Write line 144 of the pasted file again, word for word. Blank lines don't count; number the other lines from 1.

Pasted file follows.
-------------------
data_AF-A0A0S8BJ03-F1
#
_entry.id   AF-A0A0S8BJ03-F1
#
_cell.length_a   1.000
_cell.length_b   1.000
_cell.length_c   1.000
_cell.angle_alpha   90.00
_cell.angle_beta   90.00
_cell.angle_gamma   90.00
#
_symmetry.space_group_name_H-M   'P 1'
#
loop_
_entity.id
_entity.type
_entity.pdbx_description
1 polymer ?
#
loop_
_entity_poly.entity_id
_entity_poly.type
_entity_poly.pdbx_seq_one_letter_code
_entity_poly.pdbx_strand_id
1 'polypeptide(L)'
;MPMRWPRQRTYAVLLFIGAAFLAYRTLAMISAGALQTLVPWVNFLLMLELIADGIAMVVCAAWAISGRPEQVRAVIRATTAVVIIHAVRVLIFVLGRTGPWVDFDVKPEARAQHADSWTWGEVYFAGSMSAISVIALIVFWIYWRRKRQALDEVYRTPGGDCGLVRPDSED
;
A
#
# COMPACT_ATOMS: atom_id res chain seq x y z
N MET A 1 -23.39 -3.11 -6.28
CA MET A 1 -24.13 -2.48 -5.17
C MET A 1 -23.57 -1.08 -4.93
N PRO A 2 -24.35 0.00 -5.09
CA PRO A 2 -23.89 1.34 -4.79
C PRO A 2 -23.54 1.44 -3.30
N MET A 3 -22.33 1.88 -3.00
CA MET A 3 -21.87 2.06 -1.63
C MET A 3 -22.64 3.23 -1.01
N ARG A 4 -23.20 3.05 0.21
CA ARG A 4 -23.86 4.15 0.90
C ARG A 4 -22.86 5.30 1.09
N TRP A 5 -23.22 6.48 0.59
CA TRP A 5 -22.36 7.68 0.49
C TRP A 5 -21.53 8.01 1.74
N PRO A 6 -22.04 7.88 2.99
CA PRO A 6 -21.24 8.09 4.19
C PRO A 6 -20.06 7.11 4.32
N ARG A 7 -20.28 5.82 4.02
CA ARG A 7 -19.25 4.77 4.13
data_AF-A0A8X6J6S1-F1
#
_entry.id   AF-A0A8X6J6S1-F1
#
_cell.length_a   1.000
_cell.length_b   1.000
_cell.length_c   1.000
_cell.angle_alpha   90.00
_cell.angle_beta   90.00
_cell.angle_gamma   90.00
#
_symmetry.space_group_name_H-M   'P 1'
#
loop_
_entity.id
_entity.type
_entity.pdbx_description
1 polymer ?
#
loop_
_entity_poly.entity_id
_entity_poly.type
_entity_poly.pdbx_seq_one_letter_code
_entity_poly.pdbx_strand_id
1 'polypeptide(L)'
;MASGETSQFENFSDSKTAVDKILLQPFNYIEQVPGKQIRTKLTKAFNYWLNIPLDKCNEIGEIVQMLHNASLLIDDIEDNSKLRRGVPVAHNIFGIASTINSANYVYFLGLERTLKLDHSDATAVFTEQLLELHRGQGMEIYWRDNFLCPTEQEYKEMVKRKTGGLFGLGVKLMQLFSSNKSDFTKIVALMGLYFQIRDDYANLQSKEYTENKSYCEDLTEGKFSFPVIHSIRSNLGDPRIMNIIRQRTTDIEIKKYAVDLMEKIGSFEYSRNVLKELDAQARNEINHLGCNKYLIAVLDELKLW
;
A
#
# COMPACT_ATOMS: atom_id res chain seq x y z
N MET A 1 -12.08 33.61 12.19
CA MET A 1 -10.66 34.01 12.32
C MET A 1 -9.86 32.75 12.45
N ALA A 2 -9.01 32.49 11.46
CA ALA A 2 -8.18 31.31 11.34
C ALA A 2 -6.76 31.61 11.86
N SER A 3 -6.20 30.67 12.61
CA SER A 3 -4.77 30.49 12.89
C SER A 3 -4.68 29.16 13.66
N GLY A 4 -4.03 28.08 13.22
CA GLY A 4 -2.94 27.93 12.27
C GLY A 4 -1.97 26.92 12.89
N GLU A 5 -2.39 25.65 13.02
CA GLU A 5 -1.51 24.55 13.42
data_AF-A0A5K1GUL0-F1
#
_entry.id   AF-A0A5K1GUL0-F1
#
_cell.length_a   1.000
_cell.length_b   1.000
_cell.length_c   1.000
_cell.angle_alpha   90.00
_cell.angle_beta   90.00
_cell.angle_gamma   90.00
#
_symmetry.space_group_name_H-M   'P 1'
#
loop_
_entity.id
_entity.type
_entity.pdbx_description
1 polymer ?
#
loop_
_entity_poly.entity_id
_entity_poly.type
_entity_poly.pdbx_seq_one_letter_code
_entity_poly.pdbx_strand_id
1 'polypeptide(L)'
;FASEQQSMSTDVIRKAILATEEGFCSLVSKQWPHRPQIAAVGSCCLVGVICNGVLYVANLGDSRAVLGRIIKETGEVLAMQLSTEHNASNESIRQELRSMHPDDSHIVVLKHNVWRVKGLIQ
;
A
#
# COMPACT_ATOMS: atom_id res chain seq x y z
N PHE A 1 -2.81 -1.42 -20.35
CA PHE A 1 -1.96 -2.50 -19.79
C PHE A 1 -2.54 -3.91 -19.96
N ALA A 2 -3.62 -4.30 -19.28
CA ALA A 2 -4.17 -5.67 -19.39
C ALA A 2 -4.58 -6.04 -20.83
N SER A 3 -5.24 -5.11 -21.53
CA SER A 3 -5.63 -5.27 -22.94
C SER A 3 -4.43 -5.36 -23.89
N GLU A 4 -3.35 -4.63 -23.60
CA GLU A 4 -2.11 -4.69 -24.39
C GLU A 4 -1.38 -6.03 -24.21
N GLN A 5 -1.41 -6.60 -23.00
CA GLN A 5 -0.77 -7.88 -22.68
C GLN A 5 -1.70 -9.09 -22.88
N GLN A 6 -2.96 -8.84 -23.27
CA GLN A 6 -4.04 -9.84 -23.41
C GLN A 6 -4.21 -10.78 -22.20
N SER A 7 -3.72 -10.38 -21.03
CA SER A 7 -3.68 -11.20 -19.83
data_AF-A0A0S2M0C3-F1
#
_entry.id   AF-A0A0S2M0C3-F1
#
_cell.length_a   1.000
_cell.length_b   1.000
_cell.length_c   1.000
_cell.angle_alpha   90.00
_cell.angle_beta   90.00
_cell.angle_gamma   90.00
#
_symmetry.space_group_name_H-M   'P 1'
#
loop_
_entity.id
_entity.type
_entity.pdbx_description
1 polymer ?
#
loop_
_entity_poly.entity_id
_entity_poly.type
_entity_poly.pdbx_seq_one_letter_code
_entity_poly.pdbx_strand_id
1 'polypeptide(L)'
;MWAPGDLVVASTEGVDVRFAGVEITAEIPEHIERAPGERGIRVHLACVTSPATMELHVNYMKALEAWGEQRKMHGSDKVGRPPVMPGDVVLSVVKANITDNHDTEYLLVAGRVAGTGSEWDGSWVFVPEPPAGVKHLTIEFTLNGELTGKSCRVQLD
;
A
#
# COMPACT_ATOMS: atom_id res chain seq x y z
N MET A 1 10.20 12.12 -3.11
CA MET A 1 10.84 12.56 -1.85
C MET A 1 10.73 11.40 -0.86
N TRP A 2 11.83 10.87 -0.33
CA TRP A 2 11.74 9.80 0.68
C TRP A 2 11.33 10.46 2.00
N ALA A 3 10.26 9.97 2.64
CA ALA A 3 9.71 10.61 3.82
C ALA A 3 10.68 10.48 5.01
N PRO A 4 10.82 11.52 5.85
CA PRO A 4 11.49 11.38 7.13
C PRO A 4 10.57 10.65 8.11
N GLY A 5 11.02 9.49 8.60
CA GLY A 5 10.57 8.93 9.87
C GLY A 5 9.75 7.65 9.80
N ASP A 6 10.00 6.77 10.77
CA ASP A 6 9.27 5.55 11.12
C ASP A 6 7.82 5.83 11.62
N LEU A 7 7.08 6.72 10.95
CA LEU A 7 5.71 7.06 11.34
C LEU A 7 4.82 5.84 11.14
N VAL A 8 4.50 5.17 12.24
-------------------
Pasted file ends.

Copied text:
CA SER A 7 -3.68 -11.20 -19.83